Category Archives: CISO

How can CISOs defend businesses from supply chain attacks?

Estimated reading time: 3 minutes

A supply chain is an omnipresent and inseparable element in every business, irrespective of its size.  Hence, when it comes to cybersecurity specific to this aspect, simply protecting an enterprise’s periphery isn’t enough.

Supply chains consist of people, logistics, systems, vendors etc. working on the inside and the outside of business frameworks. In an increasingly inter-connected world, all enterprises have some communication with such parties, and this linkage can increase the risk of a cyberattack.

Hence, it is vital for organizations all around the world to consider securing their business against the possibility of a malware attack channelized through a supply chain.

Supply chain attacks occur when an enterprise is breached through any component of a supply chain with access to an enterprise’s data and systems. This is a type of threat which is continuously evolving – the highly publicized NoPetya attack took advantage of a legitimate update mechanism to trespass.

The breach at retail giant Target in 2014 happened due to lax security at an HVAC vendor.

Cybercriminals have been quick to understand that while enterprises are getting very serious about their cybersecurity, they may not always be able to force, at least third parties, to adopt their cybersecurity rules.

This would implicitly mean that supply chains can often be the weakest link from a cybersecurity perspective for an enterprise.

The question is, how do Chief Information Security Officers (CISOs) deal with the implications of such an attack? What kind of steps can they take?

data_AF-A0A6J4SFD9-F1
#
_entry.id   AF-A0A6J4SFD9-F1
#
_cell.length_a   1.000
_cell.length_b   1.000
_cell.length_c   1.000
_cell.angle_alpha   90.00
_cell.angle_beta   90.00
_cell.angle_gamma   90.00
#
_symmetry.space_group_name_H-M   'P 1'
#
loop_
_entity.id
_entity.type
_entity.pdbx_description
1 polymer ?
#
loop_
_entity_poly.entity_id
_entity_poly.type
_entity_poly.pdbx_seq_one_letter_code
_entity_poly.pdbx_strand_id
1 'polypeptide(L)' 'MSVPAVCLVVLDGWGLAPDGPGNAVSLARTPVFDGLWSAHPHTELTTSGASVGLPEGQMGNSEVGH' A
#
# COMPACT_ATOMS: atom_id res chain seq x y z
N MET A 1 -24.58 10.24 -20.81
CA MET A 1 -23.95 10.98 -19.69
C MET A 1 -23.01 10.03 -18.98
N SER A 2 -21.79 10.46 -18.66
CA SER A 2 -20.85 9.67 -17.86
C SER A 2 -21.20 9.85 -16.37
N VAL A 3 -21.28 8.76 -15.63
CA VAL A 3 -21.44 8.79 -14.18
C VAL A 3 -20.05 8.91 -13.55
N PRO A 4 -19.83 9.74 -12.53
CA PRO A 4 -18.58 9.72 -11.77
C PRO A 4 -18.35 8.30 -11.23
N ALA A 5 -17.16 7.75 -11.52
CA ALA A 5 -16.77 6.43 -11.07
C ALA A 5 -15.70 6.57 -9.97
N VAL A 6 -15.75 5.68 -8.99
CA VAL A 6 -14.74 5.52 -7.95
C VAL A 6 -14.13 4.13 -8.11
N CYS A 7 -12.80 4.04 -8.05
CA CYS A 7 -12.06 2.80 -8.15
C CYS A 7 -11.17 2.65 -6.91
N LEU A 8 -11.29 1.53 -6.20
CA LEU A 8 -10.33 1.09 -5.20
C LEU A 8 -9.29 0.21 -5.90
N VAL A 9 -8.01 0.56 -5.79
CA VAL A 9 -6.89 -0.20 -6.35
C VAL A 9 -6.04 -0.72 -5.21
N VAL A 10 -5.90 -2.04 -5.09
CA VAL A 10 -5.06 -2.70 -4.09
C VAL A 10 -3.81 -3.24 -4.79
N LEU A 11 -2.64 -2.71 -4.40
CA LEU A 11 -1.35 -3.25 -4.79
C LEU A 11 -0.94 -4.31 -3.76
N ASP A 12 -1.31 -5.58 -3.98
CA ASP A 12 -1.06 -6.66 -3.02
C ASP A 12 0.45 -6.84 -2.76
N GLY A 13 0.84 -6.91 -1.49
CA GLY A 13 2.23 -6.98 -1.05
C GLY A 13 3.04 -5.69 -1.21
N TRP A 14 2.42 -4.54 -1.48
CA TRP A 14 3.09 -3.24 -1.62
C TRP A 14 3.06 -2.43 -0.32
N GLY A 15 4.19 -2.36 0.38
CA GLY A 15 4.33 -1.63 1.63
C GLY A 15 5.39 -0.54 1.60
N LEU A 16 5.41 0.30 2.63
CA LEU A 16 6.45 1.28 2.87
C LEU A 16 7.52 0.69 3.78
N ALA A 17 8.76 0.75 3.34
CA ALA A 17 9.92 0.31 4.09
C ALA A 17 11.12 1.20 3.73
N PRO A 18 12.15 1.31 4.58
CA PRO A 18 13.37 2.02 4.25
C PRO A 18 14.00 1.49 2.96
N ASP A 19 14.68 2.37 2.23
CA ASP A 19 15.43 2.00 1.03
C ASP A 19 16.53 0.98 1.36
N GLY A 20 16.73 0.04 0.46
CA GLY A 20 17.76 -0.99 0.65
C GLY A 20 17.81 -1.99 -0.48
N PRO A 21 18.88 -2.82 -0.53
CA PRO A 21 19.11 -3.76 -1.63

Supply chain evaluation and assessment

The first rule for any business is to evaluate and assess every aspect of their supply chain.

A CISO must take this rule to its natural conclusion when considering the threat of supply chain attacks.

This is particularly important for third party vendors as they operate with a different rulebook – before any binding contract is done with them, it is important that they agree to integrate with cybersecurity policies of the former.

Also, the history of these vendors must be looked into, before partnering with them.

Cybersecurity as an agreement

When doing business with third parties, CISOs must ensure that the working agreement also has a detailed cybersecurity framework.

Re-iterating, CISOs must input a mandatory clause for third parties to agree to the cybersecurity rules and protocols laid out by the enterprise.

Regular audits are key

Now even if all external vendors and third parties have been assessed, a CISO cannot sit back and relax thinking that the job is done.

Establishing, processes and frameworks are great but following them can decline over time and here is where audits can come in.

The CISO must ensure regular audits happen with all stakeholders and that all the parties involved are diligently following cybersecurity protocols.

Data control

The crux of data control is to understand which party has access to what kind of data? What kind of controls do they have?

These are important questions which CISOs must ask, also ensuring they have all the answers. If a vendor is required to access confidential business information, the scrutiny on them must be higher. Also, they must pass all cybersecurity hygiene checks before being approved to access company data.

Scrutiny must be continuos and CISOs must have complete visibility of how this data is being used.

Keep an Incident Response plan ready

Businesses and its CISOs may face situations of a cyberattack even after implementing optimum threat defence. Things can go awry, especially when it comes to a function as ever-evolving as cyberthreats.

CISOs must formulate and have an Incident Response Plan in place from a supply chain attack perspective. This is because, in this day and age of interconnectedness, it is difficult to plug all the holes – breaches can happen from anywhere.

An Incident Response Plan will allow a clear strategy in situations when the unexpected happens.

As for a cybersecurity solutions partner, Seqrite offers a unified, powerful solution for protection against supply chain attacks.

The Unified Threat Management (UTM) solution offers a cohesive layer of security to the enterprise while the Endpoint Security (EPS) solution provides a complete endpoint protection solution with specialized features.